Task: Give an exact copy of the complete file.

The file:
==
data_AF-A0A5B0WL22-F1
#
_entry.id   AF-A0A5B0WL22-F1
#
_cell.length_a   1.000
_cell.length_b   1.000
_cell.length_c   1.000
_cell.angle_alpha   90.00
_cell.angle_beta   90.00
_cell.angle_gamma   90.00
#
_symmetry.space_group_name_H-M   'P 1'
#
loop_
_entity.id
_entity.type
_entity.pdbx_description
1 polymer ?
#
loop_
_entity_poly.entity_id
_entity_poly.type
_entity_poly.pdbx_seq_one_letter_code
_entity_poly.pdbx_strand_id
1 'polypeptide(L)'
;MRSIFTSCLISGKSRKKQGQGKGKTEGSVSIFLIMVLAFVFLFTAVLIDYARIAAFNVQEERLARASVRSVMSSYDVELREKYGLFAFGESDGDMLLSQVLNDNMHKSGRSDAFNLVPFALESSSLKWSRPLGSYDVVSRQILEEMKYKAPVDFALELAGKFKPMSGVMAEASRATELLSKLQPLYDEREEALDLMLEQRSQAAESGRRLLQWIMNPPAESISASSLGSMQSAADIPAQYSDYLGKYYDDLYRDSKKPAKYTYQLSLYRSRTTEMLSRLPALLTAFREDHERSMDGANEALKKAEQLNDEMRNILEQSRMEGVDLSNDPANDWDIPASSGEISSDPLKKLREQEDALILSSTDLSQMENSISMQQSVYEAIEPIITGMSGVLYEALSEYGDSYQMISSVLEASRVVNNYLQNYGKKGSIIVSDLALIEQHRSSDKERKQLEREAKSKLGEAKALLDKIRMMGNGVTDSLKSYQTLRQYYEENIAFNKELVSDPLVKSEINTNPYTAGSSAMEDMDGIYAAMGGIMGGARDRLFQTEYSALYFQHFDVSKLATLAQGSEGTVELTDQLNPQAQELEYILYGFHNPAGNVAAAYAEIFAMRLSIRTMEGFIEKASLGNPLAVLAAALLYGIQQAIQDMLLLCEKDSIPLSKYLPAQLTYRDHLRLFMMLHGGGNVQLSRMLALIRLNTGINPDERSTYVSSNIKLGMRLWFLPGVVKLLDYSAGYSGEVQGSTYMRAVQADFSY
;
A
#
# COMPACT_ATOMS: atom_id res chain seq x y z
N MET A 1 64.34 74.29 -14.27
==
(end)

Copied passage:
data_AF-A0A5B0WL22-F1
#
_entry.id   AF-A0A5B0WL22-F1
#
_cell.length_a   1.000
_cell.length_b   1.000
_cell.length_c   1.000
_cell.angle_alpha   90.00
_cell.angle_beta   90.00
_cell.angle_gamma   90.00
#
_symmetry.space_group_name_H-M   'P 1'
#
loop_
_entity.id
_entity.type
_entity.pdbx_description
1 polymer ?
#
loop_
_entity_poly.entity_id
_entity_poly.type
_entity_poly.pdbx_seq_one_letter_code
_entity_poly.pdbx_strand_id
1 'polypeptide(L)'
;MRSIFTSCLISGKSRKKQGQGKGKTEGSVSIFLIMVLAFVFLFTAVLIDYARIAAFNVQEERLARASVRSVMSSYDVELREKYGLFAFGESDGDMLLSQVLNDNMHKSGRSDAFNLVPFALESSSLKWSRPLGSYDVVSRQILEEMKYKAPVDFALELAGKFKPMSGVMAEASRATELLSKLQPLYDEREEALDLMLEQRSQAAESGRRLLQWIMNPPAESISASSLGSMQSAADIPAQYSDYLGKYYDDLYRDSKKPAKYTYQLSLYRSRTTEMLSRLPALLTAFREDHERSMDGANEALKKAEQLNDEMRNILEQSRMEGVDLSNDPANDWDIPASSGEISSDPLKKLREQEDALILSSTDLSQMENSISMQQSVYEAIEPIITGMSGVLYEALSEYGDSYQMISSVLEASRVVNNYLQNYGKKGSIIVSDLALIEQHRSSDKERKQLEREAKSKLGEAKALLDKIRMMGNGVTDSLKSYQTLRQYYEENIAFNKELVSDPLVKSEINTNPYTAGSSAMEDMDGIYAAMGGIMGGARDRLFQTEYSALYFQHFDVSKLATLAQGSEGTVELTDQLNPQAQELEYILYGFHNPAGNVAAAYAEIFAMRLSIRTMEGFIEKASLGNPLAVLAAALLYGIQQAIQDMLLLCEKDSIPLSKYLPAQLTYRDHLRLFMMLHGGGNVQLSRMLALIRLNTGINPDERSTYVSSNIKLGMRLWFLPGVVKLLDYSAGYSGEVQGSTYMRAVQADFSY
;
A
#
# COMPACT_ATOMS: atom_id res chain seq x y z
N MET A 1 64.34 74.29 -14.27